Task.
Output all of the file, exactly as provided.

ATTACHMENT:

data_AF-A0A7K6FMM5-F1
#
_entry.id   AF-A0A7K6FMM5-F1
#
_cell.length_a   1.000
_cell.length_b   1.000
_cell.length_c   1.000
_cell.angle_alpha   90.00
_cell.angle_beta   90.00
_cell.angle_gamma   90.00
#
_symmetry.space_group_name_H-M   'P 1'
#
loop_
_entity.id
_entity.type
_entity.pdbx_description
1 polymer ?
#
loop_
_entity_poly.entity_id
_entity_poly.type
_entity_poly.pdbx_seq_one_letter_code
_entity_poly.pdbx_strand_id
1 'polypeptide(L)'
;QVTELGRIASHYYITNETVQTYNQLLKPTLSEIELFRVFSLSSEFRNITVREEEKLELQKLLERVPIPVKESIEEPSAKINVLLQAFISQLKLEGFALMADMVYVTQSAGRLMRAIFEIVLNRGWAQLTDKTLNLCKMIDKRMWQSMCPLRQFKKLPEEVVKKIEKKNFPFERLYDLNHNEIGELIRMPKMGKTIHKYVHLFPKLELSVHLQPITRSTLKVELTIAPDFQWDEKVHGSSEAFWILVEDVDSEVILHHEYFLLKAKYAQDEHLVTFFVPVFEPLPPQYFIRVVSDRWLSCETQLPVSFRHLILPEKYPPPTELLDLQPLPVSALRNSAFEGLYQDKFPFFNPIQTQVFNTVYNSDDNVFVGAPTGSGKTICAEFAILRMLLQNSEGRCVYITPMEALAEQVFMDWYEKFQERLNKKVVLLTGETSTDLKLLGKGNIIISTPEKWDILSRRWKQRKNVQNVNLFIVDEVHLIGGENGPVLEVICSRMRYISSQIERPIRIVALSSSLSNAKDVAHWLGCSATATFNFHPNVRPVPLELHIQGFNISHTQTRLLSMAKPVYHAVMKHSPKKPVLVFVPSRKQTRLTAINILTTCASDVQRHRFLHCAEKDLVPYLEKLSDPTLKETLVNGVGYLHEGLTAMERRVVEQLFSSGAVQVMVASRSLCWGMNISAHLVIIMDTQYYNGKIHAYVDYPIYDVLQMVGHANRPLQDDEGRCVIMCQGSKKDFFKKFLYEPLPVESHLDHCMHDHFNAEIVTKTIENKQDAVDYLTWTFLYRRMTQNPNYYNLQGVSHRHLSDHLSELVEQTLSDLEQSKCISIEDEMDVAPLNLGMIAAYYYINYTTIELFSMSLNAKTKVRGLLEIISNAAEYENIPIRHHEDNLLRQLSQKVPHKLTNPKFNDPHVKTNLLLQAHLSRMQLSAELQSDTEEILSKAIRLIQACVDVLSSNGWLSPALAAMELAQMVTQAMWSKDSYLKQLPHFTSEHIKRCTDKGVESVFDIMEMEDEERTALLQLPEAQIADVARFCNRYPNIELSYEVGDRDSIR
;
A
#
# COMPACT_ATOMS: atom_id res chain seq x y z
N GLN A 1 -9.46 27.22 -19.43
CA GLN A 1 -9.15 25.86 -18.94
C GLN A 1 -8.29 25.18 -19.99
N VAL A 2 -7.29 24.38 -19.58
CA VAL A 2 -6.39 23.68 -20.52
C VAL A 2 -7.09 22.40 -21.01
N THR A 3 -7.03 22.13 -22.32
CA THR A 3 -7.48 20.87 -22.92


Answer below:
data_AF-A0A7K6FMM5-F1
#
_entry.id   AF-A0A7K6FMM5-F1
#
_cell.length_a   1.000
_cell.length_b   1.000
_cell.length_c   1.000
_cell.angle_alpha   90.00
_cell.angle_beta   90.00
_cell.angle_gamma   90.00
#
_symmetry.space_group_name_H-M   'P 1'
#
loop_
_entity.id
_entity.type
_entity.pdbx_description
1 polymer ?
#
loop_
_entity_poly.entity_id
_entity_poly.type
_entity_poly.pdbx_seq_one_letter_code
_entity_poly.pdbx_strand_id
1 'polypeptide(L)'
;QVTELGRIASHYYITNETVQTYNQLLKPTLSEIELFRVFSLSSEFRNITVREEEKLELQKLLERVPIPVKESIEEPSAKINVLLQAFISQLKLEGFALMADMVYVTQSAGRLMRAIFEIVLNRGWAQLTDKTLNLCKMIDKRMWQSMCPLRQFKKLPEEVVKKIEKKNFPFERLYDLNHNEIGELIRMPKMGKTIHKYVHLFPKLELSVHLQPITRSTLKVELTIAPDFQWDEKVHGSSEAFWILVEDVDSEVILHHEYFLLKAKYAQDEHLVTFFVPVFEPLPPQYFIRVVSDRWLSCETQLPVSFRHLILPEKYPPPTELLDLQPLPVSALRNSAFEGLYQDKFPFFNPIQTQVFNTVYNSDDNVFVGAPTGSGKTICAEFAILRMLLQNSEGRCVYITPMEALAEQVFMDWYEKFQERLNKKVVLLTGETSTDLKLLGKGNIIISTPEKWDILSRRWKQRKNVQNVNLFIVDEVHLIGGENGPVLEVICSRMRYISSQIERPIRIVALSSSLSNAKDVAHWLGCSATATFNFHPNVRPVPLELHIQGFNISHTQTRLLSMAKPVYHAVMKHSPKKPVLVFVPSRKQTRLTAINILTTCASDVQRHRFLHCAEKDLVPYLEKLSDPTLKETLVNGVGYLHEGLTAMERRVVEQLFSSGAVQVMVASRSLCWGMNISAHLVIIMDTQYYNGKIHAYVDYPIYDVLQMVGHANRPLQDDEGRCVIMCQGSKKDFFKKFLYEPLPVESHLDHCMHDHFNAEIVTKTIENKQDAVDYLTWTFLYRRMTQNPNYYNLQGVSHRHLSDHLSELVEQTLSDLEQSKCISIEDEMDVAPLNLGMIAAYYYINYTTIELFSMSLNAKTKVRGLLEIISNAAEYENIPIRHHEDNLLRQLSQKVPHKLTNPKFNDPHVKTNLLLQAHLSRMQLSAELQSDTEEILSKAIRLIQACVDVLSSNGWLSPALAAMELAQMVTQAMWSKDSYLKQLPHFTSEHIKRCTDKGVESVFDIMEMEDEERTALLQLPEAQIADVARFCNRYPNIELSYEVGDRDSIR
;
A
#
# COMPACT_ATOMS: atom_id res chain seq x y z
N GLN A 1 -9.46 27.22 -19.43
CA GLN A 1 -9.15 25.86 -18.94
C GLN A 1 -8.29 25.18 -19.99
N VAL A 2 -7.29 24.38 -19.58
CA VAL A 2 -6.39 23.68 -20.52
C VAL A 2 -7.09 22.40 -21.01
N THR A 3 -7.03 22.13 -22.32
CA THR A 3 -7.48 20.87 -22.92